Verse 1: “God takes his stand in the court of heaven to deliver judgment among the gods themselves.”
Some Biblical scholars see the reference to “gods” as a mythological motif borrowed from the Canaanite pantheon. Others understand “gods” to be a reference to human judges. From the perspective of Analytical Psychology, the word “gods” aptly names the numinous archetypal energies we experience first through our affects.
Archetypes are universal templates that carry a specific feeling tone and blueprint for how the body senses, intuits, feels, and responds in its presence. Due to the unconscious origin of archetypes, the ego often feels overwhelmed, knocked off balance, or swept away by them.
Maturation involves learning to meet, name, relate, and respond intentionally to the archetypal energies showing up in us through our instincts. Carl Jung notes the psychological standpoint names five main categories of instinctive factors: hunger, sexuality, activity, reflection, and creativity.
Children need help in learning how to name, understand, and make sense of these instincts in relationship to themselves and others. To the degree this understanding does not happen, we learn to resist the impact of the archetypes (which show up as affects and impulses) by holding various patterns of muscular tension and limited emotional expression.
Our fear of what we feel in the body-mind as unbidden sensations, intuitions, thoughts, and feelings results in holding on to what we learned we are “supposed to” feel, think, do, etc. Wherever we experience problematic recurring muscular tension or emotional and relational loops, an archetypal energy has been blocked.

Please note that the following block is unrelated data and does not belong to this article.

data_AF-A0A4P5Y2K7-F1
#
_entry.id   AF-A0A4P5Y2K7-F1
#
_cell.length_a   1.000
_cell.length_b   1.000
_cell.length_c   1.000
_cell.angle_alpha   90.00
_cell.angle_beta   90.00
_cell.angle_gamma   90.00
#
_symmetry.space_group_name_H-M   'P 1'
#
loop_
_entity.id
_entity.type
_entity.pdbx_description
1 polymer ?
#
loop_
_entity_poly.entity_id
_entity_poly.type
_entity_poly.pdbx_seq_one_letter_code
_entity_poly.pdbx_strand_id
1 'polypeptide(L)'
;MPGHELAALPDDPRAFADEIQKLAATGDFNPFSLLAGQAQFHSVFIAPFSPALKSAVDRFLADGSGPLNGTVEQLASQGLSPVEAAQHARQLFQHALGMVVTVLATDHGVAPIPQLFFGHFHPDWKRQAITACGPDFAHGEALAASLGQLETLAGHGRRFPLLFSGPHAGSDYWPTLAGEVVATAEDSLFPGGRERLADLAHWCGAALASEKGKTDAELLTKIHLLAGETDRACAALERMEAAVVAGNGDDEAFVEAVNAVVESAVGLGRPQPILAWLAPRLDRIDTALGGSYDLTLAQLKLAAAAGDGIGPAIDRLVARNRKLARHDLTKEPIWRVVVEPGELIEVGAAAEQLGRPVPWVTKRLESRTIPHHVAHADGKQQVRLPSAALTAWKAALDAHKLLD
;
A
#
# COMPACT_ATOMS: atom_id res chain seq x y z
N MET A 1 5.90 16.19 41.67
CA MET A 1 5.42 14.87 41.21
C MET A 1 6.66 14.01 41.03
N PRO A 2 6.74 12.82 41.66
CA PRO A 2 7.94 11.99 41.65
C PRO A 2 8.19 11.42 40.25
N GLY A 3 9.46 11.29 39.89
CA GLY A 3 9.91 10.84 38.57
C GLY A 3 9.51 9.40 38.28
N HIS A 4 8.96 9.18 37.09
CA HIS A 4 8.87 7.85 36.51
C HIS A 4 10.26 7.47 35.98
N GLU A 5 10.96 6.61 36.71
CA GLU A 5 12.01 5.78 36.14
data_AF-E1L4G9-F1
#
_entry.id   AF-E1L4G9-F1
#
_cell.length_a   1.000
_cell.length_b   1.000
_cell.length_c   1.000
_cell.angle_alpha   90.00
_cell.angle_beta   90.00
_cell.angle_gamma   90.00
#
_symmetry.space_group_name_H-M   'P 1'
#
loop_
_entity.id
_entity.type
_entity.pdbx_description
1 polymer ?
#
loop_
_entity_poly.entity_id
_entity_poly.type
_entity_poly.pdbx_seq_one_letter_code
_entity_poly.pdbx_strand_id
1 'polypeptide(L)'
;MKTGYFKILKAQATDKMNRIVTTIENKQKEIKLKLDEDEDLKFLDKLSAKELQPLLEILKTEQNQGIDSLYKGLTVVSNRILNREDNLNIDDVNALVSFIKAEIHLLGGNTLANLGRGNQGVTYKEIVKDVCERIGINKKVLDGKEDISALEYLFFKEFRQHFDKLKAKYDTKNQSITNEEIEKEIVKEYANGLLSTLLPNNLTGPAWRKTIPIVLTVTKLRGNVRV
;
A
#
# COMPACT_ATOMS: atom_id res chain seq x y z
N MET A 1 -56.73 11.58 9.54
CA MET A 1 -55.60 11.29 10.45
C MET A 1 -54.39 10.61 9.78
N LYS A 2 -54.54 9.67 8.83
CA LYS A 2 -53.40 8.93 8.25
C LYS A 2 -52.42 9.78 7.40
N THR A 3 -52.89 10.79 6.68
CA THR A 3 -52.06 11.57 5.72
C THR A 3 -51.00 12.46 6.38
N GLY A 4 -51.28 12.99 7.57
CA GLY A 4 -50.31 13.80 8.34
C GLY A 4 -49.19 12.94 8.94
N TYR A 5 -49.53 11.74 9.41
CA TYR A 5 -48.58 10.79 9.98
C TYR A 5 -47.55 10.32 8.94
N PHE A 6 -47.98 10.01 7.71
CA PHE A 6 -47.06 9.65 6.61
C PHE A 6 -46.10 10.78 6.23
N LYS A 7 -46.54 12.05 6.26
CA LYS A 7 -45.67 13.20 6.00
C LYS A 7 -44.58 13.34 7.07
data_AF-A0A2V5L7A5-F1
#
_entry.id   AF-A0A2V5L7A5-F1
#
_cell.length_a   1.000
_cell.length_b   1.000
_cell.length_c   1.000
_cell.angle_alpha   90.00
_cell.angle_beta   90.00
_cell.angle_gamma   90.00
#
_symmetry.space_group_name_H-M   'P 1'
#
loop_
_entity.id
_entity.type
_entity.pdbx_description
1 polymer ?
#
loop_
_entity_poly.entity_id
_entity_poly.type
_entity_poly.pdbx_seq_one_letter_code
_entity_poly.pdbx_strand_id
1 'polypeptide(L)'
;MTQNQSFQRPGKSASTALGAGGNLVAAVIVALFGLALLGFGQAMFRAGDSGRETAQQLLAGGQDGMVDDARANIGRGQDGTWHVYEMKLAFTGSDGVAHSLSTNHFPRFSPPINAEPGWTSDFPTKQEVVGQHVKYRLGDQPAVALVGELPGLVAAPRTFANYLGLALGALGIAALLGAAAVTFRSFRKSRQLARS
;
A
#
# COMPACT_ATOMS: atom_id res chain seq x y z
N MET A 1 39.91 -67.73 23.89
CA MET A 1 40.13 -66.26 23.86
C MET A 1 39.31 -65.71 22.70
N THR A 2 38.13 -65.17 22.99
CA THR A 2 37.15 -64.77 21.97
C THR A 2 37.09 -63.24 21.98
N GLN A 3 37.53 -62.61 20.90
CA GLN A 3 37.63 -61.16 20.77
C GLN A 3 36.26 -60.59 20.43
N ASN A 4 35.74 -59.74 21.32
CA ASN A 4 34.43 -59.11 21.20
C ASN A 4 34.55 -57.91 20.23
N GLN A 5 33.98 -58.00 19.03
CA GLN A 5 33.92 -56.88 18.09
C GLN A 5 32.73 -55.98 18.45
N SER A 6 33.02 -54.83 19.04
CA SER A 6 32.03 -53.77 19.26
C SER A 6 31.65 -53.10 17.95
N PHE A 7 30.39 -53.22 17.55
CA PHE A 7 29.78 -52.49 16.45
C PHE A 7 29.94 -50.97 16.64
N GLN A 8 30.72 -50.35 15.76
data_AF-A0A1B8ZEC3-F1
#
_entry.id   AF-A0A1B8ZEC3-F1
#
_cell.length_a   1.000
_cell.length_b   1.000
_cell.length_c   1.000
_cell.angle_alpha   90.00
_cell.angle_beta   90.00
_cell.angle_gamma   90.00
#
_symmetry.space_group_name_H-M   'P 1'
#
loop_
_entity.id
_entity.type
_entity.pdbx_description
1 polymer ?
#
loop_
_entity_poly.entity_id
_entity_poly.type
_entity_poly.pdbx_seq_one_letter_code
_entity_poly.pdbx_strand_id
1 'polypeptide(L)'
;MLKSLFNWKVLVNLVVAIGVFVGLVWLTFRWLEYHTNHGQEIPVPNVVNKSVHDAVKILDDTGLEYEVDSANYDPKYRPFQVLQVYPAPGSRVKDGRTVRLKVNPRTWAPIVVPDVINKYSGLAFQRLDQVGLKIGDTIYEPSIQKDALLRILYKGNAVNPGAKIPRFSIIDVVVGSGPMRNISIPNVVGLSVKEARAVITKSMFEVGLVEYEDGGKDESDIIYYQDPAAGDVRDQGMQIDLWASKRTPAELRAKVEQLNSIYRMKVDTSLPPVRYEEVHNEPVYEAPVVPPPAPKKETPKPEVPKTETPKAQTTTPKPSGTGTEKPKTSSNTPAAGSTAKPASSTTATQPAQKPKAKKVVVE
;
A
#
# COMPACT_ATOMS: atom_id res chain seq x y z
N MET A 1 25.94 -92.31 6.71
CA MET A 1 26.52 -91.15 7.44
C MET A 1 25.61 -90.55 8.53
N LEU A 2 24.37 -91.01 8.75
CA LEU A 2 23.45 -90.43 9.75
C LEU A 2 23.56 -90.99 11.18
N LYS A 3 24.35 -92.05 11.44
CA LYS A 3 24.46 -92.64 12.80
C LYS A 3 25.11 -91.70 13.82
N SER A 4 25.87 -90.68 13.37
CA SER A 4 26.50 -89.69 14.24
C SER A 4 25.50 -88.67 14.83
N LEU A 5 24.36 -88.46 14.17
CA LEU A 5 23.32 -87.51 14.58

For instance, tension in our legs may hold blocked aggression that can move us toward what we want. It may be blocked out of guilt or shame that what we want is not acceptable according to our learned beliefs or the collective. Chronic tightness in the upper torso may correspond to closed-heartedness towards self and others created by past, painful love experiences.
We sometimes feel helpless in the face of our body-mind responses. Within our psyche, there is a center, a core that Jung called the Self. The Self is an extension of God, the Divine Essence that holds us together on every plane—physical, emotional, mental, and spiritual. It corresponds theologically to God, and may be seen as the representation or manifestation of God in our body-mind.
The Self is the totality of who we are; it contains all aspects of the self/ego, body, and mind. When we reach for the Self, we begin to connect to the totality of who we are rather than to the momentary feeling, thought, desire, etc. We realize an Inner Divine Spirit manifests in the Intelligence of the Self, sorts the energies of our psyche, and “delivers judgment among the gods (archetypal affects).”
We are continually choosing whether to seek and connect to the Self or to stay attached to the smallness of self/ego. Consciousness is contra naturam; it goes against nature. We must be intentional and deliberate to cultivate the ego-Self axis (an image that depicts the connection through which ego and Self dialogue). We do this by:
- Developing the capacity for self-awareness in the moment
- Paying attention to our embodied experience
- Listening for the message of sensations or emotions
- Exploring the imagery of our waking and night dreams
- Honoring the validity of our impulses and desires
- Being open to what is emerging within us
- Accepting the non-rational, mysterious, and unknown aspects of the Self/self,
- Asking the Self for guidance and transformation.
Take a few minutes to reach for the Self/God Within by verbalizing on paper or out loud the ego’s concerns and desires at this time. Ask for guidance in seeing and knowing what is and for how to move in life-giving ways. Sit silently and listen. Be open throughout the day to new thoughts, feelings, impulses, or desires—openings—that may be the Inner Divine Spirit’s response to your seeking.